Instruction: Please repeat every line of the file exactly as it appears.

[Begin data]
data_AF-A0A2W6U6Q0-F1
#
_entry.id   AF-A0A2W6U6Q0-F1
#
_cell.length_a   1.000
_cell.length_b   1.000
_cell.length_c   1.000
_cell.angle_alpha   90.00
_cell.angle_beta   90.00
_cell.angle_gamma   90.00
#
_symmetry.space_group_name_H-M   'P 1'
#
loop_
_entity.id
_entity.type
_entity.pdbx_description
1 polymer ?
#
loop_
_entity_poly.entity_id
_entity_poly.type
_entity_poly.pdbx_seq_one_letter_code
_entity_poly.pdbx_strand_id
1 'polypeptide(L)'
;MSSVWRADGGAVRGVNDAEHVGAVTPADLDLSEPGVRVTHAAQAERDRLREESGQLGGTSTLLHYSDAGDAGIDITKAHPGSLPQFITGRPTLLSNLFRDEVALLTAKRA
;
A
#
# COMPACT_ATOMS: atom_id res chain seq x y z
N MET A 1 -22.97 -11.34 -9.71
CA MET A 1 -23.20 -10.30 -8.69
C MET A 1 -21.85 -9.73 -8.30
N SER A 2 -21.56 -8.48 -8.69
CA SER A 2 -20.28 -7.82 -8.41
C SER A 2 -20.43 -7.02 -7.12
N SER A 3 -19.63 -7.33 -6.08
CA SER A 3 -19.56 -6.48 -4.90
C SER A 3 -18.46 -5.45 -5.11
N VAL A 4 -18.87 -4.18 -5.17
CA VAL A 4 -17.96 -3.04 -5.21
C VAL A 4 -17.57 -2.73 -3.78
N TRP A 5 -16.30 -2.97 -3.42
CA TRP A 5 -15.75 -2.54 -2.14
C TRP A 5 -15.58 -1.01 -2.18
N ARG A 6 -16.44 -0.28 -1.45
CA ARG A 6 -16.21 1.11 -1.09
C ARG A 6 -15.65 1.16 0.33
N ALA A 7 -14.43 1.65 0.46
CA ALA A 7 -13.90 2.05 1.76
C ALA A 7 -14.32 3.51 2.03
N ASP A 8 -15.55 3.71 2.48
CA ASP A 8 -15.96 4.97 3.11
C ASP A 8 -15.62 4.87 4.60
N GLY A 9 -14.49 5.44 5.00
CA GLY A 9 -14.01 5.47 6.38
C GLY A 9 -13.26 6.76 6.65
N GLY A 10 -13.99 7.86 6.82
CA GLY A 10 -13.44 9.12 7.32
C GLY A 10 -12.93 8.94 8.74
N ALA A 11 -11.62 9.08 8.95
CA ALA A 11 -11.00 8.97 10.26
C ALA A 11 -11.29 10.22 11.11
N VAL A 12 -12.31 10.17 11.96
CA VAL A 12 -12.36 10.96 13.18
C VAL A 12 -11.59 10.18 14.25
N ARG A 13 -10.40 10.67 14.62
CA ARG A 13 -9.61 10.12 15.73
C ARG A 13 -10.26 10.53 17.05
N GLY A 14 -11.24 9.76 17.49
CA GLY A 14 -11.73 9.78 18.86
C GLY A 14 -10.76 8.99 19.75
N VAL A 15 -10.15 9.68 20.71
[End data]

data_AF-A0A2W6U6Q0-F1
#
_entry.id   AF-A0A2W6U6Q0-F1
#
_cell.length_a   1.000
_cell.length_b   1.000
_cell.length_c   1.000
_cell.angle_alpha   90.00
_cell.angle_beta   90.00
_cell.angle_gamma   90.00
#
_symmetry.space_group_name_H-M   'P 1'
#
loop_
_entity.id
_entity.type
_entity.pdbx_description
1 polymer ?
#
loop_
_entity_poly.entity_id
_entity_poly.type
_entity_poly.pdbx_seq_one_letter_code
_entity_poly.pdbx_strand_id
1 'polypeptide(L)'
;MSSVWRADGGAVRGVNDAEHVGAVTPADLDLSEPGVRVTHAAQAERDRLREESGQLGGTSTLLHYSDAGDAGIDITKAHPGSLPQFITGRPTLLSNLFRDEVALLTAKRA
;
A
#
# COMPACT_ATOMS: atom_id res chain seq x y z
N MET A 1 -22.97 -11.34 -9.71
CA MET A 1 -23.20 -10.30 -8.69
C MET A 1 -21.85 -9.73 -8.30
N SER A 2 -21.56 -8.48 -8.69
CA SER A 2 -20.28 -7.82 -8.41
C SER A 2 -20.43 -7.02 -7.12
N SER A 3 -19.63 -7.33 -6.08
CA SER A 3 -19.56 -6.48 -4.90
C SER A 3 -18.46 -5.45 -5.11
N VAL A 4 -18.87 -4.18 -5.17
CA VAL A 4 -17.96 -3.04 -5.21
C VAL A 4 -17.57 -2.73 -3.78
N TRP A 5 -16.30 -2.97 -3.42
CA TRP A 5 -15.75 -2.54 -2.14
C TRP A 5 -15.58 -1.01 -2.18
N ARG A 6 -16.44 -0.28 -1.45
CA ARG A 6 -16.21 1.11 -1.09
C ARG A 6 -15.65 1.16 0.33
N ALA A 7 -14.43 1.65 0.46
CA ALA A 7 -13.90 2.05 1.76
C ALA A 7 -14.32 3.51 2.03
N ASP A 8 -15.55 3.71 2.48
CA ASP A 8 -15.96 4.97 3.11
C ASP A 8 -15.62 4.87 4.60
N GLY A 9 -14.49 5.44 5.00
CA GLY A 9 -14.01 5.47 6.38
C GLY A 9 -13.26 6.76 6.65
N GLY A 10 -13.99 7.86 6.82
CA GLY A 10 -13.44 9.12 7.32
C GLY A 10 -12.93 8.94 8.74
N ALA A 11 -11.62 9.08 8.95
CA ALA A 11 -11.00 8.97 10.26
C ALA A 11 -11.29 10.22 11.11
N VAL A 12 -12.31 10.17 11.96
CA VAL A 12 -12.36 10.96 13.18
C VAL A 12 -11.59 10.18 14.25
N ARG A 13 -10.40 10.67 14.62
CA ARG A 13 -9.61 10.12 15.73
C ARG A 13 -10.26 10.53 17.05
N GLY A 14 -11.24 9.76 17.49
CA GLY A 14 -11.73 9.78 18.86
C GLY A 14 -10.76 8.99 19.75
N VAL A 15 -10.15 9.68 20.71